Noir Nites: Shield for Murder (1954)

Noir Nites is a new section of the site I’ll be doing where we look back at classic noir films from the Golden Age of Hollywood; first up is the rare Shield for Murder starring Edmond O’Brien as a brutal police detective Lt. who murders a bookmaker’s runner for $25,000 in cash; a deaf mute sees him do it and now he finds he must kill again to cover his tracks.

The story to this movie is every bit as relevant today as it was back in 1954 as police corruption is arguably even worse now than it ever was. O’Brien is perfectly cast the thuggish cop Barney Nolan; he’s tired of struggling on a cop’s salary and wants to buy a nice house for himself and his girlfriend Marla (Patty Winters) but his methods go from bad to worse and you know he isn’t going to have a happy ending.

The script is razor sharp with some sparkling dialogue like “36 seconds… what kept you?” “I stopped for a round of golf” and many more. The performances still hold up too with O’Brien playing Barney as intimidating and someone who is out of control.  One scene has him pistol whipping two thugs and it’s a scene that could have easily been in a Scorsese movie (like Goodfellas). It’s funny how times have changed as the way some of the women are treated in these movies will shock some but it was a different era.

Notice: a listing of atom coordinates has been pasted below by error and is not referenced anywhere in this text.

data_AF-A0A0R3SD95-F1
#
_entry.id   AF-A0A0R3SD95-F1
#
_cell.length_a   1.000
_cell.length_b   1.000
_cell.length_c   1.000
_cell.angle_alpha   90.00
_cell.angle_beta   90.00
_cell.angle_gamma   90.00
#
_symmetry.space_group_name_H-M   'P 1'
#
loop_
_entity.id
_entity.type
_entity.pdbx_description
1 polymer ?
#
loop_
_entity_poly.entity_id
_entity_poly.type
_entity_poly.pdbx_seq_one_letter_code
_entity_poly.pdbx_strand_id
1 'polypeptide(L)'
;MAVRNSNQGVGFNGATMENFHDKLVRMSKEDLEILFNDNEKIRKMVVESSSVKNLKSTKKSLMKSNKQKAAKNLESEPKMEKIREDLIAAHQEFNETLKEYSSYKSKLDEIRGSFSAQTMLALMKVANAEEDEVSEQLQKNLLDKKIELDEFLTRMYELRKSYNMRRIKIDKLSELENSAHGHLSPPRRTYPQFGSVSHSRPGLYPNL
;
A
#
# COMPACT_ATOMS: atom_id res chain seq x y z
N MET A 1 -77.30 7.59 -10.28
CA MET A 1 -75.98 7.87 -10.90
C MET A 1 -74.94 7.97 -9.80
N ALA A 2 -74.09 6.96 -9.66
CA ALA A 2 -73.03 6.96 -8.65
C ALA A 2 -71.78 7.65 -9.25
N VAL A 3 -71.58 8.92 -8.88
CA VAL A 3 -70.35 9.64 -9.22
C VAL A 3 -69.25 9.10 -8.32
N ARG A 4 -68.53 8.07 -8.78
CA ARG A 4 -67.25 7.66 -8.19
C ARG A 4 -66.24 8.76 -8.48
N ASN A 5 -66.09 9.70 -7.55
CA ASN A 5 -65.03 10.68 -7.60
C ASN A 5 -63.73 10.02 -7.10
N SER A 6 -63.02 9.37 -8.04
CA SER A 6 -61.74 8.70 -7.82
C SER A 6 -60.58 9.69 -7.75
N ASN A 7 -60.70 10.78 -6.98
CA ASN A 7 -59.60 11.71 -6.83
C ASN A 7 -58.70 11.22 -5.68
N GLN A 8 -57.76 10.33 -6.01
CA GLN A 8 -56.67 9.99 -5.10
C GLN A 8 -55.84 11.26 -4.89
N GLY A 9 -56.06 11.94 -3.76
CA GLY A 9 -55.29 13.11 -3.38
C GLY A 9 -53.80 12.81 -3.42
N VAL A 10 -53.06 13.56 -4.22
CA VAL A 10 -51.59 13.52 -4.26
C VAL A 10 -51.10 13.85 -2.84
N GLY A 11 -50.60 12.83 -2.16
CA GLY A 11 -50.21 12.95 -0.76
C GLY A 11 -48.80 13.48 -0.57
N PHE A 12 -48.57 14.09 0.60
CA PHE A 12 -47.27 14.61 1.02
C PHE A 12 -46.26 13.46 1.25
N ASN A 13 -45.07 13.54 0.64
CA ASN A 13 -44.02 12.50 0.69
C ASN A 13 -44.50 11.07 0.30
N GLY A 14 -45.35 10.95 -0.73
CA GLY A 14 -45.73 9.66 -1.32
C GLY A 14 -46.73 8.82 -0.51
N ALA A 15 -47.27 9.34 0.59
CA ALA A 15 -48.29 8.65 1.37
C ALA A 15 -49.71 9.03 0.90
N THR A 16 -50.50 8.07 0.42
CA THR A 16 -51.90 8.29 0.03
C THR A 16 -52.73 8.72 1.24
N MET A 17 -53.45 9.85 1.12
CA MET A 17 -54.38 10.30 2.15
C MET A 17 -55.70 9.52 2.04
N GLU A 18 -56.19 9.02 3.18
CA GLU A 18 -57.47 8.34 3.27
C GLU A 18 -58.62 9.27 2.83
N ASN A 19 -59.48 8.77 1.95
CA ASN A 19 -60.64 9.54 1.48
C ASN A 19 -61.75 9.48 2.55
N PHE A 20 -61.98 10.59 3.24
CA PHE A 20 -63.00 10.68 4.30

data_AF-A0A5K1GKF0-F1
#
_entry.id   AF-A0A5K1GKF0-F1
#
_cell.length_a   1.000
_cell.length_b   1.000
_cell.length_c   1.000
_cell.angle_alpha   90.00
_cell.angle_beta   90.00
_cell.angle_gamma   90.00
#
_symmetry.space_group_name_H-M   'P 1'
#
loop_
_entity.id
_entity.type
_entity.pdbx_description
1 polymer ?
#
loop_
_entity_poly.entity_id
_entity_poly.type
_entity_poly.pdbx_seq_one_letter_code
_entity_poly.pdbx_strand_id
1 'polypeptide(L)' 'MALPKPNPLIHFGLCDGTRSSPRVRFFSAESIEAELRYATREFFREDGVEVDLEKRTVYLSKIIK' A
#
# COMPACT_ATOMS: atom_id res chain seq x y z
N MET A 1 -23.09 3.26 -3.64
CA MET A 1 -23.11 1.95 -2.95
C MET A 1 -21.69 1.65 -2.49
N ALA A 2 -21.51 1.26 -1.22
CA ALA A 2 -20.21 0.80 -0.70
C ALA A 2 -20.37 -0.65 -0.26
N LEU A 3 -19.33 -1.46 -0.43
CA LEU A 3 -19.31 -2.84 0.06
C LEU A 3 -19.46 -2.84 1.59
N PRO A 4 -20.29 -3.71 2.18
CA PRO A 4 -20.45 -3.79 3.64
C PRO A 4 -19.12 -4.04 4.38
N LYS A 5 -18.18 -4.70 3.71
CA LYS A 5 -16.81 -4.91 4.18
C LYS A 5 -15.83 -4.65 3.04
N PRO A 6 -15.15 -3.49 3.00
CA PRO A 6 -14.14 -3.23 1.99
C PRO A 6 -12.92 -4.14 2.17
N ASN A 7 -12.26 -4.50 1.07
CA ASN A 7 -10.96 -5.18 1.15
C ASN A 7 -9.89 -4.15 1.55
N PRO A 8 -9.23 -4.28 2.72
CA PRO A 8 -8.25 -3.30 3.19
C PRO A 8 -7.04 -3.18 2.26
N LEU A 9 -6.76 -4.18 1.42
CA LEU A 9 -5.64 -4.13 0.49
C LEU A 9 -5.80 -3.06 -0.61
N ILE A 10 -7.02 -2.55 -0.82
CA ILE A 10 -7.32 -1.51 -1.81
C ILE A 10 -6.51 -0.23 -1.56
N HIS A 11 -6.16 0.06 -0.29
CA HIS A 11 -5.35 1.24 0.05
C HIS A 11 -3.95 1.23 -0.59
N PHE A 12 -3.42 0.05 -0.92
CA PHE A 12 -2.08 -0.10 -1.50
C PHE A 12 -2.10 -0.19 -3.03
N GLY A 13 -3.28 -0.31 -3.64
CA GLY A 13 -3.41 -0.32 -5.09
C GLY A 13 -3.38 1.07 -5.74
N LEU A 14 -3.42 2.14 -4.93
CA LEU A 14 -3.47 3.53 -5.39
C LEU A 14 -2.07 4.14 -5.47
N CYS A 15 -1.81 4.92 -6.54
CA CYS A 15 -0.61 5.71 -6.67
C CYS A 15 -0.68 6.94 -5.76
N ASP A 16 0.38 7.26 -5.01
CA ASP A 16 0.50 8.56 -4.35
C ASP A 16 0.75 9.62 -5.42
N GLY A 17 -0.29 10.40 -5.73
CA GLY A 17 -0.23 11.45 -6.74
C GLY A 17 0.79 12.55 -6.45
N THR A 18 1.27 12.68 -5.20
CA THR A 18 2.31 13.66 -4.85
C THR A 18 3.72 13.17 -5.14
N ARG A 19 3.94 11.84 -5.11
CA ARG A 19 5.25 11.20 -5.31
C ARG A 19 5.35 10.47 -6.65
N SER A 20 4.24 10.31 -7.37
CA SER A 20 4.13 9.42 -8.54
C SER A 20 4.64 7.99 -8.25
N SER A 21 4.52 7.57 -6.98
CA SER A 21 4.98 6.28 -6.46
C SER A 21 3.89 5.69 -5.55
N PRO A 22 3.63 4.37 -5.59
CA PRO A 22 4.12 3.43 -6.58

Shield For Murder has that noir style with lots of dark shadows, everyone smoking, corrupt cops and desirable dames; the best shot of the movie is after the climax with a shot of all the cops walking towards us with their guns and cool hats and it really should be a more iconic film than it is.

It’s a shame about several noticeable gaffes like in the opening scene you can clearly see the shadow of a boom mic which was rather glaring. Aside from that it’s well paced and with a short runtime of an hour and twenty minutes and it never lets up with Ed O’Brien proving an engaging (and intimidating) lead. If you like your old-fashioned crime dramas with no shortage of attitude then give Shield for Murder a try as it still holds up with a contemporary story that’s as relevant today.